(ii) Now add to this: the complication of traditional-thinking, risk averse Retailers trying to stay abreast of a fast-growing, fast changing, fragmented & risky field such as Natural products-and you have even more reason to hire a Consolidator to answer questions such as “Is this new one-off product line supplier capable of supplying us in full & on-time?”, “Are they aware what’s important to us?”, “Are they legitimately using all natural ingredients, processes?” The risk of selecting an unethical or inept supplier is huge! Because it’s the Retailer who takes the business hit &/or reputation hit, if a supplier fails to deliver, either figuratively or literally.

Are YOU ready to be a Consolidator? It’s not a role for a newbee or casual opportunist: you must know the market & respect the consumer’s preferences. That’s why GreenSpace won; they started as a Natural item supplier who understood Natural consumers’ preferences to be non-negotiable (unlike a baking soda firm that blew a foray into the Natural Products pet category after misreading Natural consumers preferences as ‘optional but not necessary’).

What will you do as a Consolidator? That varies according to how much the Retailer can handle in house & which duties can be done by other Reps/Partners. The firms we advised had to be ready to step up & handle duties as diverse as: document inspection, site inspection, process audits, assistance to ‘remedy or re-source’ any iffy or non-compliant ingredients, graphics upgrades, revised inner pack & outer packs counts & configurations, first-ever logistics models to allow consolidated shipping (many of the small firms had never needed to understand basic Big Retailer logistics -pallet height limits, truck fit calculations, Retailer logistics software, forecasting promotion load inventory, etc).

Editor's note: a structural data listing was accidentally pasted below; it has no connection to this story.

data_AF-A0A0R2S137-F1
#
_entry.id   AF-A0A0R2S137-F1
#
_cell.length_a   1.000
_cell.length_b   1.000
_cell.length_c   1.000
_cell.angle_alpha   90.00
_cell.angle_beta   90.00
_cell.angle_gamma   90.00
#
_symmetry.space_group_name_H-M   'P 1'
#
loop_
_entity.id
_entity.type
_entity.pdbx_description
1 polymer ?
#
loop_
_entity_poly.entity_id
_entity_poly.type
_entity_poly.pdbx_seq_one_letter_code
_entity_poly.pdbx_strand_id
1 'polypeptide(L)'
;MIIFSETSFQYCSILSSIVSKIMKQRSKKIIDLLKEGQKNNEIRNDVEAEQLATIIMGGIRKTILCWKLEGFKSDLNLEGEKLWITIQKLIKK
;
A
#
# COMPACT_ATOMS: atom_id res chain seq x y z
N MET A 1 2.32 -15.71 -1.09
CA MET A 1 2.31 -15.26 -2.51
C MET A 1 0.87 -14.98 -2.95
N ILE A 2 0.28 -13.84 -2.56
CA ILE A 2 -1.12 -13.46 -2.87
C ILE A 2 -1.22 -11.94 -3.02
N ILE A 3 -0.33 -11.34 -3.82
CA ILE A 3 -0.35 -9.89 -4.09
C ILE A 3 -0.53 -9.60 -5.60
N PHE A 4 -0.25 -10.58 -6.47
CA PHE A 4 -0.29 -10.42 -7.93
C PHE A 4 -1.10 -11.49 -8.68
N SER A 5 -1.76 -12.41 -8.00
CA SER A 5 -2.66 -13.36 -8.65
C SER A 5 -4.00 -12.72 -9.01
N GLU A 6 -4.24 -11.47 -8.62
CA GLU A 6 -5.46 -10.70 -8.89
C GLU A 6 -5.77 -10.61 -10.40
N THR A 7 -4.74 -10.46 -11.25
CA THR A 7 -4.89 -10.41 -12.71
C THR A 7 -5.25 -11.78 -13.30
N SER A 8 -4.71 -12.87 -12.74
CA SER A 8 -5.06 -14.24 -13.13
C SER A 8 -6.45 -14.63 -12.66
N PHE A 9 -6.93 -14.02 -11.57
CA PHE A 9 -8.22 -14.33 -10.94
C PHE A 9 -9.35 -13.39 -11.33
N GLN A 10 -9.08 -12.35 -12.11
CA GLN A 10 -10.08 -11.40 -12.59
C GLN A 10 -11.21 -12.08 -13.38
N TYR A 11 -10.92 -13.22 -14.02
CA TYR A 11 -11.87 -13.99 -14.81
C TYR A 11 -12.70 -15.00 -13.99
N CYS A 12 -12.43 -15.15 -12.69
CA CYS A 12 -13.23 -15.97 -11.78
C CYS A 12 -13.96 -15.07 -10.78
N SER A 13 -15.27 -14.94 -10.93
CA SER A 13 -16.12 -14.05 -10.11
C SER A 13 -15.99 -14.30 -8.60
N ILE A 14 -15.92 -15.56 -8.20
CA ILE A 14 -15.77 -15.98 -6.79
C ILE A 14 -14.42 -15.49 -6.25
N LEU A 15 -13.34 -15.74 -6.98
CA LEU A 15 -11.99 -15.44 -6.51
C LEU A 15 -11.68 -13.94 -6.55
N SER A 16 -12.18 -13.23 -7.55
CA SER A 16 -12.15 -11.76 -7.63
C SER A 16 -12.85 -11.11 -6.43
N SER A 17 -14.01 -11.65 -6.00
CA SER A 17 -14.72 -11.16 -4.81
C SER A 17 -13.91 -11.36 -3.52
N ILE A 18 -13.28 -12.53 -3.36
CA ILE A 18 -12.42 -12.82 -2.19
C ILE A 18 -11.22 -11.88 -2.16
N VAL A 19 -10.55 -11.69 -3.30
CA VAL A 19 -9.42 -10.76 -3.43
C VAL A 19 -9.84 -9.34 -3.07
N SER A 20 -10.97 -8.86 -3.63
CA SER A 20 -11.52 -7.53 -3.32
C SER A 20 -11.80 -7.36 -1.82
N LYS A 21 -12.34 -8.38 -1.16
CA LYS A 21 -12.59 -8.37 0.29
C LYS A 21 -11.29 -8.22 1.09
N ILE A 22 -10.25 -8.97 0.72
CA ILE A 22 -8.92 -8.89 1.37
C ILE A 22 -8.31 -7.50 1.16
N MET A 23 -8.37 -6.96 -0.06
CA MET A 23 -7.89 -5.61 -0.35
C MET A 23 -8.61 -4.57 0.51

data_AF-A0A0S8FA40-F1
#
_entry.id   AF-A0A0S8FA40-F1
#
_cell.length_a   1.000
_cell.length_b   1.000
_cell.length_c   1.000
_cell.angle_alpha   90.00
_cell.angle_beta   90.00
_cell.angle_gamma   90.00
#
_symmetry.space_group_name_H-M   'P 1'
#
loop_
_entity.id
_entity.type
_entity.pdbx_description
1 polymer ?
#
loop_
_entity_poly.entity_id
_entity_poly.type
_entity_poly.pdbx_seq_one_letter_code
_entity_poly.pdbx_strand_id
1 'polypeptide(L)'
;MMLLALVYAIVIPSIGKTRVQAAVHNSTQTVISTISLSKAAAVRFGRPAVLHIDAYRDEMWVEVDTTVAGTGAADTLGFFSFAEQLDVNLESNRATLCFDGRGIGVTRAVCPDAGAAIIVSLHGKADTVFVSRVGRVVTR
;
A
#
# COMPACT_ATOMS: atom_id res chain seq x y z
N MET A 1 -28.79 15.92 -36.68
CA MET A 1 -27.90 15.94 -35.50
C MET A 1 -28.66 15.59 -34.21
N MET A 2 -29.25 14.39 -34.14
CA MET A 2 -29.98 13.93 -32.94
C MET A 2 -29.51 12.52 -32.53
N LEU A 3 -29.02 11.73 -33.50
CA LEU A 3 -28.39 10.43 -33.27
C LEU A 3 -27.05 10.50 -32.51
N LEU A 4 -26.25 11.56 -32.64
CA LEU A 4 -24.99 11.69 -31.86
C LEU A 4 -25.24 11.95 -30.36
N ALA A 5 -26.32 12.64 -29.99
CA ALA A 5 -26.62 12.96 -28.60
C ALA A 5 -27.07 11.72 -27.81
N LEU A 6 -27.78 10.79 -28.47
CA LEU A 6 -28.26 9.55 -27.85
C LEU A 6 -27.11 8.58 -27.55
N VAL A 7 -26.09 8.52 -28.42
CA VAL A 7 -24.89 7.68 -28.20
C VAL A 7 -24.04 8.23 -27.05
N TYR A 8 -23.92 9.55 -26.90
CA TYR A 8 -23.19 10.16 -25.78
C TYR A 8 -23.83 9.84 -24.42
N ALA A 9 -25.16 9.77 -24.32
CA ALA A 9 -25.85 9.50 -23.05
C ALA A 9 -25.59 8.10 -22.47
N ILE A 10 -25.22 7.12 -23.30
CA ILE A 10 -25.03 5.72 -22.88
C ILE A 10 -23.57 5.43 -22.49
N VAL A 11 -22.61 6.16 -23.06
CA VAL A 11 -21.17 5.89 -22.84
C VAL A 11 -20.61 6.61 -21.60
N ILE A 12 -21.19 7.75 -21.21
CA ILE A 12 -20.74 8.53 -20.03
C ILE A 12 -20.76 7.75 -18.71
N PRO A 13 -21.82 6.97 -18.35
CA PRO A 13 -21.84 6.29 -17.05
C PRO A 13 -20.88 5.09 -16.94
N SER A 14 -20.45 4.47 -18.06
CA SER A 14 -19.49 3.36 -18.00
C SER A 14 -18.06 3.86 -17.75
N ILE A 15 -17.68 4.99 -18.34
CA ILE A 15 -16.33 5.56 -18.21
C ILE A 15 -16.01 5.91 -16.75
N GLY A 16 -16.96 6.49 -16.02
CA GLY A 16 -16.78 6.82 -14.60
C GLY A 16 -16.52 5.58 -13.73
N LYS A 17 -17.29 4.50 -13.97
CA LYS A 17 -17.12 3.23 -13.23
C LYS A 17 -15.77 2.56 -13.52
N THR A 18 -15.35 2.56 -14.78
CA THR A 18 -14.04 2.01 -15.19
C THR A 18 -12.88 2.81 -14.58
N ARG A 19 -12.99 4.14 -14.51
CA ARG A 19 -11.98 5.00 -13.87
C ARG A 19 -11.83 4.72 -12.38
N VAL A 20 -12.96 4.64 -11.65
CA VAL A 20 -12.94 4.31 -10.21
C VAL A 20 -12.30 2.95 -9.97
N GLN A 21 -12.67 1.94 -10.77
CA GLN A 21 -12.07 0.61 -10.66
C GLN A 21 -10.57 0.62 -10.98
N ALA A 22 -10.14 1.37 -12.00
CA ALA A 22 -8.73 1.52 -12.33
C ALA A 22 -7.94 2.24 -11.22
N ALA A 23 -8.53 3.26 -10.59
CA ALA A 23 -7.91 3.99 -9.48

Yes- there is some hand-holding required!  There’s good reason Retailers hesitate to find & teach unsophisticated firms on Big League Basics.

Are you up to it? Consider: (a) Is the category in which you compete growing quickly (perhaps a bit chaotically?) eg SuperFoods, Craft Beer, Vintage/Hand-Crafted decor, All-Natural, Fair Trade, User Sourced… (b) Are Retailers slow to jump on the trend, due to staffing constraints &/or supplier risks? (c) Do you know that segment’s consumer needs?

If you answered Yes to (a), (b) and (c) -maybe you should think beyond your own business. You might fill a Greater Gap. Seize an opportunity outlined long ago by Spitfire Global, captured successfully by GreenSpace. Be a Consolidator!

SL

ecosystem hits the trifecta

paying a company to own my data